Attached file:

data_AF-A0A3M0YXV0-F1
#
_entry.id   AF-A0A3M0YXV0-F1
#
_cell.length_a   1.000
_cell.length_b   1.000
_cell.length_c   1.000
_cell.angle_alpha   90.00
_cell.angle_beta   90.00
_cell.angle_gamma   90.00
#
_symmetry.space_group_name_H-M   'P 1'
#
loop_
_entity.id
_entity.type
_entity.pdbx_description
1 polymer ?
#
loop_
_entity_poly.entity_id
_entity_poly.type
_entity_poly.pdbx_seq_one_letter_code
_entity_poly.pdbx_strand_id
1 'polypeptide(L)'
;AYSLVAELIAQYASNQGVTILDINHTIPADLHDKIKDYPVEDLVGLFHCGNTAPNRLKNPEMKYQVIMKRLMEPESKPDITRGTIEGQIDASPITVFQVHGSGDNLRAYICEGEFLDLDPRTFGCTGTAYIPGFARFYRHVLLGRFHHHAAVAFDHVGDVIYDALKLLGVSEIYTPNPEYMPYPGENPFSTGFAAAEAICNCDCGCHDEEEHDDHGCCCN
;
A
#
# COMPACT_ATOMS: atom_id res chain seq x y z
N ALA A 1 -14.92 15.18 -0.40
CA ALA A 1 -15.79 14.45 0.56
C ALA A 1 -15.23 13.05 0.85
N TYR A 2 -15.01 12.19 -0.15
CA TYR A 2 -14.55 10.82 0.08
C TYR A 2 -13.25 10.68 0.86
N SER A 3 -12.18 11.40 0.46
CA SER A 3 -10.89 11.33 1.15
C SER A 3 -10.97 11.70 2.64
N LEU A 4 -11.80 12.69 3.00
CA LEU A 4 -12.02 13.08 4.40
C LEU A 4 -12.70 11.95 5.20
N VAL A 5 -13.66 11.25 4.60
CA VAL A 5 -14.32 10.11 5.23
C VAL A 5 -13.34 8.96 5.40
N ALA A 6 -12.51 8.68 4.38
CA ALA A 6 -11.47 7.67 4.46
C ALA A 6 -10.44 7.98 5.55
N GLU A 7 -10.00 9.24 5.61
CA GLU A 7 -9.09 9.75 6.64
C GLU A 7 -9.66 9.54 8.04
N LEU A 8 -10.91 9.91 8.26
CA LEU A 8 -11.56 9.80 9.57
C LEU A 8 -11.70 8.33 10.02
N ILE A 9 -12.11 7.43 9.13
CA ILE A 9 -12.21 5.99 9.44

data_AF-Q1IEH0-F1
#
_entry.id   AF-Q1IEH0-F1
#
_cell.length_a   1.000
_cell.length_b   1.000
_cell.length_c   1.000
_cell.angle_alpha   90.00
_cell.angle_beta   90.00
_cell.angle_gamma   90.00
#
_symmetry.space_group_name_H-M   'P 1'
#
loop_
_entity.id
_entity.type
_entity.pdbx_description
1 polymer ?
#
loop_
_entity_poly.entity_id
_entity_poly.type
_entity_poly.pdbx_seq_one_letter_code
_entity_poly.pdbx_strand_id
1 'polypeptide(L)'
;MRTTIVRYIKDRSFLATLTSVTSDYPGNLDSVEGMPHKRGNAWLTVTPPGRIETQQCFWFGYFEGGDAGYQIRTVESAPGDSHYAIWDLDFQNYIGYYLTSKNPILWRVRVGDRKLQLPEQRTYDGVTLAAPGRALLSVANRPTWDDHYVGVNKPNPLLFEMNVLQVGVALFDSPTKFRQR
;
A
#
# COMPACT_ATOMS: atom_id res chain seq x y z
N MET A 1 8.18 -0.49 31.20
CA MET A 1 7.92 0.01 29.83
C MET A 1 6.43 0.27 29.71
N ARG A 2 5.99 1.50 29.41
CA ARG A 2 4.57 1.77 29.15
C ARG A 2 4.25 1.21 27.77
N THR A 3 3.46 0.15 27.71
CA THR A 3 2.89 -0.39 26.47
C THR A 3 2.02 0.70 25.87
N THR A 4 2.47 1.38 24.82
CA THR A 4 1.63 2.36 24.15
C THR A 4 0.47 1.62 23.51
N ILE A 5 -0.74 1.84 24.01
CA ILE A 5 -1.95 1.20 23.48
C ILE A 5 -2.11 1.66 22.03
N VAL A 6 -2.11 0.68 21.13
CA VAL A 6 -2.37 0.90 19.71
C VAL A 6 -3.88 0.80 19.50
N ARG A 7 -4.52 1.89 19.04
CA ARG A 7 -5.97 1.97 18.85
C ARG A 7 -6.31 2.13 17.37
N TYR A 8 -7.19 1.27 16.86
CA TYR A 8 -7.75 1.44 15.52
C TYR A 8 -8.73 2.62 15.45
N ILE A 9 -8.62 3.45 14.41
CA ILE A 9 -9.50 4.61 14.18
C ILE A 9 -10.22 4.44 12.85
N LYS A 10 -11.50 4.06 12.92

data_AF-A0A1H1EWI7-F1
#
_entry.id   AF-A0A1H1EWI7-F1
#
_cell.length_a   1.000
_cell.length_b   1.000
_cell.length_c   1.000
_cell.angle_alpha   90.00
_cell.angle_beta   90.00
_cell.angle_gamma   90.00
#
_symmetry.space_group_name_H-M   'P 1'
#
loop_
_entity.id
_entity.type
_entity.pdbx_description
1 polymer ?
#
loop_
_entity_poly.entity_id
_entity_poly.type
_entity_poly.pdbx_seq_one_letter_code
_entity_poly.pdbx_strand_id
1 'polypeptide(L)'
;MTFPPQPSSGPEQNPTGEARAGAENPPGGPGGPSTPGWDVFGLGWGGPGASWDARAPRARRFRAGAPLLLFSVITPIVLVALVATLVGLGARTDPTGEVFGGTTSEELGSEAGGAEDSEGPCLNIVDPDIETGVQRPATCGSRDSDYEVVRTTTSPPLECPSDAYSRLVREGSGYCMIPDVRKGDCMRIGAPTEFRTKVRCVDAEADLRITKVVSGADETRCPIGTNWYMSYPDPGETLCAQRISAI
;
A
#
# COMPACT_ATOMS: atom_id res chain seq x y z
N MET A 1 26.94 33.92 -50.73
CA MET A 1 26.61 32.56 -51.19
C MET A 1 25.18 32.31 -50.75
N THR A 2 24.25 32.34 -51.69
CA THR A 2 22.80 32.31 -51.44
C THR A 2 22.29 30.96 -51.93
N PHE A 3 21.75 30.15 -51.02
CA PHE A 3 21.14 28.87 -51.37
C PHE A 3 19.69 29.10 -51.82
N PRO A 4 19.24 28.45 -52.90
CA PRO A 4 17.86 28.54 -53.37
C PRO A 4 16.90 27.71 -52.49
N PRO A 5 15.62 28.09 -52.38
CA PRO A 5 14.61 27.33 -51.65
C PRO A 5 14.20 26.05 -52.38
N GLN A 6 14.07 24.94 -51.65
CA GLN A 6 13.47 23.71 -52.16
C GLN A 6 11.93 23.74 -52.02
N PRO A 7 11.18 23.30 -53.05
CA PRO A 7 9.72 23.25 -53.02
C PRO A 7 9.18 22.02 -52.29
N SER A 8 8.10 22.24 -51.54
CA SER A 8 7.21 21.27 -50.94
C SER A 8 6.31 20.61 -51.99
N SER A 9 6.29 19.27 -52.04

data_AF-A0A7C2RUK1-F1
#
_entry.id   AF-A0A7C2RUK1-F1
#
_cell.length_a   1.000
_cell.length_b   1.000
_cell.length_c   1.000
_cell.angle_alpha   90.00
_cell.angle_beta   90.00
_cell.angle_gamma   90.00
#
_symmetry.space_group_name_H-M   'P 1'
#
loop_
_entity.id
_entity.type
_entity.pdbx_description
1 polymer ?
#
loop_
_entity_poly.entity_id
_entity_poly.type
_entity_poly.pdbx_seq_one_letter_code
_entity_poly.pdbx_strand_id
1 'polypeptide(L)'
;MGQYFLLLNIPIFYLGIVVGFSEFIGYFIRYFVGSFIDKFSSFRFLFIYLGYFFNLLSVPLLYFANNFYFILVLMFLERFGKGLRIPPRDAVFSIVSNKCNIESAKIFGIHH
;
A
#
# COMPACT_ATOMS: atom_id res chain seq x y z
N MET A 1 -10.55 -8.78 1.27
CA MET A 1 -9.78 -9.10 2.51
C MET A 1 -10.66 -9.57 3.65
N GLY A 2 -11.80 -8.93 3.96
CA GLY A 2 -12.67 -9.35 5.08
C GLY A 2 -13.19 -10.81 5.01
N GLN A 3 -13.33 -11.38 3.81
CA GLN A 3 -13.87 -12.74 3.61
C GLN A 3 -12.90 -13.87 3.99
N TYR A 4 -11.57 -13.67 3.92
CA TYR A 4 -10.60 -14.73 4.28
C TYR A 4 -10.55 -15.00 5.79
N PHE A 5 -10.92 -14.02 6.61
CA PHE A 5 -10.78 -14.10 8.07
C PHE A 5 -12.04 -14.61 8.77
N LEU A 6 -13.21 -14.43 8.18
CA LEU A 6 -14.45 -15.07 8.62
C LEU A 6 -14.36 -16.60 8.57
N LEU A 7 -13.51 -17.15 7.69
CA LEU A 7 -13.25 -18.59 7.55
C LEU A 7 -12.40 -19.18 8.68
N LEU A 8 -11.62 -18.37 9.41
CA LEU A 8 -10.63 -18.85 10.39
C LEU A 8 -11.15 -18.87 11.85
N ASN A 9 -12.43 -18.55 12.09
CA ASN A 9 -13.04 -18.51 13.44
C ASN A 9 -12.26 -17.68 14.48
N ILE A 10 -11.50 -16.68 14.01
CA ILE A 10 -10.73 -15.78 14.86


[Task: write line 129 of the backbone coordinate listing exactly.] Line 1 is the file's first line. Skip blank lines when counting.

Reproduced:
_entity.id